Albion’s Black Pine Animal Sanctuary has 100 animals from 55 species. Some of those exotic species, including lions and tigers, come from entertainment operations that take young cubs from their mothers, set them up for picture-taking events, then discard them when the animals are no longer useful, Executive Director Letrecia “Trish” Brown told Rotary Club of Fort Wayne members Dec. 2.

“They’re often deprived sleep. Often deprived of nutrition and the things they need to thrive.”

Black Pine and another sanctuary, Big Cat Rescue of Tampa, Florida, are working with Indiana U.S. Sen. Mike Braun’s office to get his support for legislation to put an end to these “pet-and-pay” operations, said Brown, who was named Black Pine’s executive director April 1.

The Big Cat Public Safety Act (S.2561) has gone through the House and now goes to the Senate for a vote. It would do two things, Brown said, phase out inappropriate ownership of big cats, such as those who are unlicensed or not inspected by the Department of Agriculture, and forbid petting and photo opportunity businesses.

For more on the proposed legislation, see

In May, the House of Representatives introduced H.R. 2863, which would amend the Animal Welfare Act to restrict the use of exotic and wild animals in traveling performances. The act currently just deals with zoos and sanctuaries, not private ownership. In June, the House bill was referred to the Subcommittee on Livestock and Foreign Agriculture.

According to the House bill, the constant movement of the animals in collapsible, temporary, mobile facilities not only poses a danger of escape but also is bad for the animals’ health because of the confinement and stress they endure. The mobility of the operations also prevent oversight by agencies.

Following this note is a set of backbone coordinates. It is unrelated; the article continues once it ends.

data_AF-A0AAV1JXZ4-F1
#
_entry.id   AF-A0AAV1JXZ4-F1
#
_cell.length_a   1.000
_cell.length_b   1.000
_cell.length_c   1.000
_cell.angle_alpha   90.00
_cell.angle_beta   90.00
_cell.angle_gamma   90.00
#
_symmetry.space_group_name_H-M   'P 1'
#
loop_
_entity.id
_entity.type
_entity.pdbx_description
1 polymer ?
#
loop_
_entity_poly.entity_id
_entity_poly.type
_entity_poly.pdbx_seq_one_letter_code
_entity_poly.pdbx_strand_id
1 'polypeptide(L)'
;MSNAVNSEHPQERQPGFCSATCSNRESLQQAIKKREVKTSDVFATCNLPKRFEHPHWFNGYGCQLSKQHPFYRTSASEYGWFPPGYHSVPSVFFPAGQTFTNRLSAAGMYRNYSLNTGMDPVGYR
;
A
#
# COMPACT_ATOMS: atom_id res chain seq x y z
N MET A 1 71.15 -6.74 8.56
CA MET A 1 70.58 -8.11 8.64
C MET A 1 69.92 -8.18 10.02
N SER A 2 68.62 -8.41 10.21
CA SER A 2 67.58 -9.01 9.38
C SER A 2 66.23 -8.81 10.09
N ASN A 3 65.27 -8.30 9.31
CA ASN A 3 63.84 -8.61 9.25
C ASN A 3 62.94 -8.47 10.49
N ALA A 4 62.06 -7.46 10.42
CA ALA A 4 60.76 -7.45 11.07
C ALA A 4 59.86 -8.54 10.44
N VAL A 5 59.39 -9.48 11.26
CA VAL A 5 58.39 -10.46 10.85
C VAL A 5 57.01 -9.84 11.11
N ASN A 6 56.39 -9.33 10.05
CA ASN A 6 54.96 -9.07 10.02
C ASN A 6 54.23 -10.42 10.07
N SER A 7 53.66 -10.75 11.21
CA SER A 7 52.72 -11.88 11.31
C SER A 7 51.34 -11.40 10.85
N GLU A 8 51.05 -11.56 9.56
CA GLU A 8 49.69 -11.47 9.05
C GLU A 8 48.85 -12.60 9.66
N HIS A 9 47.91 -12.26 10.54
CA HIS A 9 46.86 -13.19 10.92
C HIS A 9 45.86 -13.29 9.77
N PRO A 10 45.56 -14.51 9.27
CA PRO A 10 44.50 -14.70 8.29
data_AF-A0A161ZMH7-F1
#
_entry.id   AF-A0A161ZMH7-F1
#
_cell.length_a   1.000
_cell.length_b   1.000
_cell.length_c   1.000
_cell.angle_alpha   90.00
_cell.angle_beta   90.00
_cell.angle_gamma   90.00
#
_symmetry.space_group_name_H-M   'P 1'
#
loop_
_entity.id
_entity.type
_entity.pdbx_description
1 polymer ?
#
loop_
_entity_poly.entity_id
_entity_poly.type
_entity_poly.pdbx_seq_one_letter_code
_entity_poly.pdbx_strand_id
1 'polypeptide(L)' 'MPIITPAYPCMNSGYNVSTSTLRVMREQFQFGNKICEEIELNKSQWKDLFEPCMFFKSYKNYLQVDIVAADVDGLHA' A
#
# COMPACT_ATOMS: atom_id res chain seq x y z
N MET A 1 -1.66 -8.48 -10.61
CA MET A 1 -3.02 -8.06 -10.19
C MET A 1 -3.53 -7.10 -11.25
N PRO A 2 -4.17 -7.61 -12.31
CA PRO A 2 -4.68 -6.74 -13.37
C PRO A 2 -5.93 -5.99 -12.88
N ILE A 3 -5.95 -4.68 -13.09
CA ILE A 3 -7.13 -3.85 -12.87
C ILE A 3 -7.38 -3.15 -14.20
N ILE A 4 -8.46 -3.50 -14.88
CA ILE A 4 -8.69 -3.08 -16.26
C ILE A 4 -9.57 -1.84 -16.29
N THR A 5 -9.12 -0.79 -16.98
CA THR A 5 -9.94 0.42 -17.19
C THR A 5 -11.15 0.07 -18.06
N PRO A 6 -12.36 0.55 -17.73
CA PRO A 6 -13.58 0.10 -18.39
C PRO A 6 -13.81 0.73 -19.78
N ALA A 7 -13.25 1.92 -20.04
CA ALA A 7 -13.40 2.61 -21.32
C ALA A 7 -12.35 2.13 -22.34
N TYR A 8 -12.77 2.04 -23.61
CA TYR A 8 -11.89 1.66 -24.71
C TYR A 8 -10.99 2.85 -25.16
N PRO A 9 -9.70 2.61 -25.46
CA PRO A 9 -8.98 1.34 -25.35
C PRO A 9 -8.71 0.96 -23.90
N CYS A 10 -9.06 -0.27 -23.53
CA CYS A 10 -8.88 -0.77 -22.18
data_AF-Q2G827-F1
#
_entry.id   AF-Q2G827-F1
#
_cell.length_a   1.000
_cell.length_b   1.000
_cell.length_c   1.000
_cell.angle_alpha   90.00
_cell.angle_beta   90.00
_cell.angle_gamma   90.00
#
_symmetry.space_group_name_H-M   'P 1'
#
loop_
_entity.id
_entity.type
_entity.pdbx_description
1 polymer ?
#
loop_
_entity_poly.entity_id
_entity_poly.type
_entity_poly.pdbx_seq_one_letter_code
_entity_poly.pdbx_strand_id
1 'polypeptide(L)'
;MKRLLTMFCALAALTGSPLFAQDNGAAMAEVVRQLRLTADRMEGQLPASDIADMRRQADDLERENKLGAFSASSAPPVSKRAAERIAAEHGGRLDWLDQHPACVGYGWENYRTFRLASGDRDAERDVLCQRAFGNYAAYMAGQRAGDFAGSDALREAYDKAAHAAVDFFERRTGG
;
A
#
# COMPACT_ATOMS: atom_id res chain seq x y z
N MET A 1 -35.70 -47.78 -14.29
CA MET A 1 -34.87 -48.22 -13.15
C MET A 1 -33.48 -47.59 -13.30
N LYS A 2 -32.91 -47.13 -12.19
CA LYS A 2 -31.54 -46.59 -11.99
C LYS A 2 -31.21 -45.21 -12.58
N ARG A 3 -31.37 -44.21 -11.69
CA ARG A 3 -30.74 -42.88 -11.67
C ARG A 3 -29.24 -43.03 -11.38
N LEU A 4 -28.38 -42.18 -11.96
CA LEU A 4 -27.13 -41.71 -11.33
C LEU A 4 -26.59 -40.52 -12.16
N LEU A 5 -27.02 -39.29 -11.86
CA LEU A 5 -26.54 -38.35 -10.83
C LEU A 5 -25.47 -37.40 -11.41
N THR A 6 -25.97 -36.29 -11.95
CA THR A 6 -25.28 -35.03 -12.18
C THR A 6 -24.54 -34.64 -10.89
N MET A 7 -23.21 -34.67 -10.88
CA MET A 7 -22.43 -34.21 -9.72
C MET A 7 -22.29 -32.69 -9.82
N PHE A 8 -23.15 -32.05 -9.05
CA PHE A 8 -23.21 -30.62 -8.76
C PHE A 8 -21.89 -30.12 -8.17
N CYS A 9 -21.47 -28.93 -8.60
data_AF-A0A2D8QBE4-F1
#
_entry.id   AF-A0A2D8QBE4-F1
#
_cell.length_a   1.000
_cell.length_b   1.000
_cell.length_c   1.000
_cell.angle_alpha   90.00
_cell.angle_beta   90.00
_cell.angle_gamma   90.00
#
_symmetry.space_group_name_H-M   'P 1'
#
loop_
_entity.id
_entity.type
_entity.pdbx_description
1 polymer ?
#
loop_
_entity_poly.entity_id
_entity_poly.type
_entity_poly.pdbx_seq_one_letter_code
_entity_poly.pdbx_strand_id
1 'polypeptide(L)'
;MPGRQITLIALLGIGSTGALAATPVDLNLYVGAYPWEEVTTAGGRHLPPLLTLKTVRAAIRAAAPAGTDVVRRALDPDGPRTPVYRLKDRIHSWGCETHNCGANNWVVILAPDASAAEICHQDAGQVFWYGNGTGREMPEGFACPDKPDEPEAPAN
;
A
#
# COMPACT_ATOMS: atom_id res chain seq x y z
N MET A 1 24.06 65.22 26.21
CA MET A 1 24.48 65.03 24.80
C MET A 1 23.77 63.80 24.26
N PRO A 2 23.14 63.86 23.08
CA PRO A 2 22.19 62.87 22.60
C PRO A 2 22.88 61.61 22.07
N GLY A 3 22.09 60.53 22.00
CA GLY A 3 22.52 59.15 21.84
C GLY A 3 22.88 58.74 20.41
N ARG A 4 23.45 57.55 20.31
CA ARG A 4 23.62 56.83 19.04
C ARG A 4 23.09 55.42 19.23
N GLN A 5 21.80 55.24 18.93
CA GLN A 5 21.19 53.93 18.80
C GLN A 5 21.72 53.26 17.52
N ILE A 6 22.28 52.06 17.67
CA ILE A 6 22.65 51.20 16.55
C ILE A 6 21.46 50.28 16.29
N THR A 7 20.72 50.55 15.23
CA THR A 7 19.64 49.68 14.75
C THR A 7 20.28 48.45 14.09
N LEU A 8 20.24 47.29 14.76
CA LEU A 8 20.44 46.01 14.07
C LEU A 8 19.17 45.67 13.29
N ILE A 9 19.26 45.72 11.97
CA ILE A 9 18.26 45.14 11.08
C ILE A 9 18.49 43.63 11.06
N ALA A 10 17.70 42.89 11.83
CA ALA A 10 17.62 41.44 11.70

Brown said she repeatedly gets calls from places looking for new homes for exotic species.

“For every animal in Black Pine, I turn away 10 to 12,” Brown said.

Americans seem to have a love of exotic animals, including big cats. There are more captive tigers in America than there are in the wild, Brown said.

According to a July 2014 World Wildlife Foundation article, an estimated 5,000 tigers were held captive in the U.S., with about 3,200 tigers in the wild.

Tales abound of all sorts of exotic animals growing too big for their owners to handle.

For instance, Gus, an alligator who’s lived at Black Pine for about 10 years, was confiscated from a fraternity in Bloomington after he outgrew a bathtub, Brown said.

Black Pine also has a bear that had been used to bait hunting dogs by being tied to a tree. One of the lions was used for entertainment before a child fell on her and injured her back. So the lion was kept in a cage for seven years and couldn’t stand up straight when she came to the sanctuary. After about six weeks of rehabilitation for mange and other ailments, she began to thrive, and now loves to play and is very affectionate, Brown said.

A few of the large cats at the sanctuary are the result of what Brown referred to as the “Zanesville massacre.” In 2011, an Ohio man let loose his large collection of exotic animals before he committed suicide. Law enforcement scrambled to take down the 50 animals running free, killing 18 tigers, 17 lions, six black bears, three mountain lions, two grizzly bears, one baboon and two wolves. Only half a dozen animals had not been released.

Brown also wants to raise awareness about Delphi and Mt. Hope, Ohio, exotic animal auctions. The Mid Ohio Alternative Animal and Bird Sale is held three times a year. According to the website for the March auction, camels Hank and Howie, both bottle-fed in a petting zoo, along with zebras, ostriches and other animals were to be auctioned at the Mt. Hope Event Center.

Brown said in choosing to take an animal, she must weigh the cost of feeding and caring for it for the rest of its life, she said. Some birds and reptiles live to be about 80 years. Black Pine does not buy, breed, sell or trade animals.

Brown has four full-time keepers, a full-time facilities manager and a part-time gift shop manager at Black Pine. The facility, which has 53,000 followers on Facebook and 19,000 visitors a year, has volunteers who put in 15,000 hours a year. Black Pine’s board of directors recently approved paid internships in the areas of animal care, maintenance, guest hospitality and marketing.

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